U.S. Marines from 1st Combat Engineer Battalion, 1st Marine Division, conduct the first amphibious landing in an Assault Breacher Vehicle with a Modified Full Width Mine Plow prototype. Photo by Lance Cpl. Rhita Daniel/U.S. Marine Corps
Feb. 9 (UPI) -- If allied soldiers running up the beaches of Normandy during World War II had the Marine Corps' modified Assault Breacher Vehicle, or ABV, perhaps the death toll would not have been so high.
The thinking behind that scenario is the driving force behind the Marine Corps' strategy to perfect the "beach assault."
The U.S. Marine Corps this week announced that their ABV made history last year when it conducted its first amphibious landing with a Modified Full Width Mine Plow prototype.
The modified hardware is designed to aid combat Marines in amphibious beach assaults by deploying the ABV from a Navy Landing Craft Utility to create a safe path by clearing countermeasures such as mines.
"Our legacy Full Width Mine Plow on the ABV could not fit onto an LCU because it was too wide," Timothy Barrons, ABV project officer for Engineer Systems at Marine Corps Systems Command, said in a press release.
"The prototype we are testing fills a current capability gap and gives commanders the flexibility to use multiple surface connectors to get ABVs in the fight," said Barrons.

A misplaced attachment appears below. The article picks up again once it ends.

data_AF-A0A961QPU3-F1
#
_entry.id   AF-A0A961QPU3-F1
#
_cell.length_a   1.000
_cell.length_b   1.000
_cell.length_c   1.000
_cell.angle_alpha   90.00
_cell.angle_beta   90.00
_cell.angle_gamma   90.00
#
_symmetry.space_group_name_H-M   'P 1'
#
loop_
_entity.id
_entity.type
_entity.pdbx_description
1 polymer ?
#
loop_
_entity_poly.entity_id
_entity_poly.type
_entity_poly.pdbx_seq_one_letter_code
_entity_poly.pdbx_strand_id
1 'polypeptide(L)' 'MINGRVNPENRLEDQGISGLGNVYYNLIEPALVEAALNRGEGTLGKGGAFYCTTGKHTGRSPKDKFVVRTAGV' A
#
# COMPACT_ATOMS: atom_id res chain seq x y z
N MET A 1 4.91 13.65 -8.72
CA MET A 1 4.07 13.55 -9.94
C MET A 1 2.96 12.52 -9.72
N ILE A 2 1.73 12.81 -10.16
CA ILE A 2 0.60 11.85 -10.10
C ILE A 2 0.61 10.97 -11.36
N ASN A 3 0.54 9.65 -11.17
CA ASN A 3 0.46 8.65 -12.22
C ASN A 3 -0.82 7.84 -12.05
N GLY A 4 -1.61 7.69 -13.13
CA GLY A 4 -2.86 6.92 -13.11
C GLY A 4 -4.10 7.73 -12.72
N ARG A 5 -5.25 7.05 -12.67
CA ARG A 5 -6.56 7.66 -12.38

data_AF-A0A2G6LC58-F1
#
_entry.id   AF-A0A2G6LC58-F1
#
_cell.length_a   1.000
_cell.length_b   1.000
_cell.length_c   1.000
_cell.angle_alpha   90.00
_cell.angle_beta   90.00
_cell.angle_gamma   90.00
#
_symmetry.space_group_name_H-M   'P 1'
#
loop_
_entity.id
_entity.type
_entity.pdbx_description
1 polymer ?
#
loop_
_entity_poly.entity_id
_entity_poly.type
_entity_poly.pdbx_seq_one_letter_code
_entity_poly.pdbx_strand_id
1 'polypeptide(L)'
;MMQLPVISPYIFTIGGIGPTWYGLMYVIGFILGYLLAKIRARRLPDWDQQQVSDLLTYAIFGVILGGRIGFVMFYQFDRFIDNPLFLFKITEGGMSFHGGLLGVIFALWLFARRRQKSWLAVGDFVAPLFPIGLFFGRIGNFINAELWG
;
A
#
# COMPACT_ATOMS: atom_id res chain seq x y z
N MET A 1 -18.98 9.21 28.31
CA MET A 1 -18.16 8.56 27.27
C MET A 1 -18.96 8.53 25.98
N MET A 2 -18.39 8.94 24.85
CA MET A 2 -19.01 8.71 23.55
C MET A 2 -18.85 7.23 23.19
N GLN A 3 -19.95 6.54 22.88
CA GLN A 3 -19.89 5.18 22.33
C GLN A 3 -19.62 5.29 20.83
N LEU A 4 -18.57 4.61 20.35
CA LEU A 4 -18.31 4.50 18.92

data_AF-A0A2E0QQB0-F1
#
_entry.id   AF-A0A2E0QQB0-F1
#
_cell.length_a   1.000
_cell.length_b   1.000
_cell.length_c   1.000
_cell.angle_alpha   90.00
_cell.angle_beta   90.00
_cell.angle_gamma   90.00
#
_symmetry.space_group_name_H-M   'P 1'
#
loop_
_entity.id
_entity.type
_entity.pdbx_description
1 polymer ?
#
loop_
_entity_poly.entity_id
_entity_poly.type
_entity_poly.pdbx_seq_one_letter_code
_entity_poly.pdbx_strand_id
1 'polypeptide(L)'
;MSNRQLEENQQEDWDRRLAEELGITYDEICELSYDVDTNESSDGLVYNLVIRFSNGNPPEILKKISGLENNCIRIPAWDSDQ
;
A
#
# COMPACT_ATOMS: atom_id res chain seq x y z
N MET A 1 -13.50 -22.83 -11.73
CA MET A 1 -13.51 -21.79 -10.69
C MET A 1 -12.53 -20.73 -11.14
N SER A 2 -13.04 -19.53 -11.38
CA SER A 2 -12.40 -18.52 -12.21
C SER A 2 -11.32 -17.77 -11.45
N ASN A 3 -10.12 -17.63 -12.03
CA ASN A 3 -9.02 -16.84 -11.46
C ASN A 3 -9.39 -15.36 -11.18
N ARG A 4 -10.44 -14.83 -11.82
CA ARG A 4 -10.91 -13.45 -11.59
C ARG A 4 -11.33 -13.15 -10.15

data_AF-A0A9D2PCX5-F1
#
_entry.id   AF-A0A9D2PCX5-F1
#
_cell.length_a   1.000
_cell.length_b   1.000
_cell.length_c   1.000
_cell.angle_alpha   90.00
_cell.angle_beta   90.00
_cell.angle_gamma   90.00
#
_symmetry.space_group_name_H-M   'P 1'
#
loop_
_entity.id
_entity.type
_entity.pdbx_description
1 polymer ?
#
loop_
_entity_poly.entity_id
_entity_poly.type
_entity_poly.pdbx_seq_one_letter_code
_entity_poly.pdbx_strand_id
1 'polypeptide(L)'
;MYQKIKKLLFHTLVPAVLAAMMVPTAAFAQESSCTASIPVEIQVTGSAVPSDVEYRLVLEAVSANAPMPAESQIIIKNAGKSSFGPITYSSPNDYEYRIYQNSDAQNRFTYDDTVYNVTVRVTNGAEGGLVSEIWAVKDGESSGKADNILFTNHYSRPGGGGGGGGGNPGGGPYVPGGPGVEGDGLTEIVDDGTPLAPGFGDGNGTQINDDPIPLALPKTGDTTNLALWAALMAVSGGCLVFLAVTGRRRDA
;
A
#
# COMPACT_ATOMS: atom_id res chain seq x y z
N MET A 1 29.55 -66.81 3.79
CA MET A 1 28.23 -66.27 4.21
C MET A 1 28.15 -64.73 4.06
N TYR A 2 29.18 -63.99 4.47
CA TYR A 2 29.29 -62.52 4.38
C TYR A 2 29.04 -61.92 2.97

In December 2017, the modified ABV was used for the first time during Exercise Steel Knight, an annual training event designed for fine-tuning command and control processes, and "interoperability" with the 1st Marine Division, adjacent units and naval support forces.
"The Assault Breacher Vehicle is the premiere breaching tool in the Marine Corps, and there is no other tool like it," said Alvin "Tommy" West, an ABV platform engineer.
"It can carry two Linear Demolition Charges [or line charges] on the back with over a thousand pounds of C4 explosives in each of the charge. A rocket is attached to each line charge to propel the charge, which is critical when clearing a path through mine fields," West said.
The Marine Corps says the ABV Program Team plans to modify the ABV even more from information and feedback gathered during Exercise Steel Knight in order to improve the overall concept and design.
After additional modifications are added, the ABV will be tested at the U.S. Army Aberdeen Test Center in Maryland.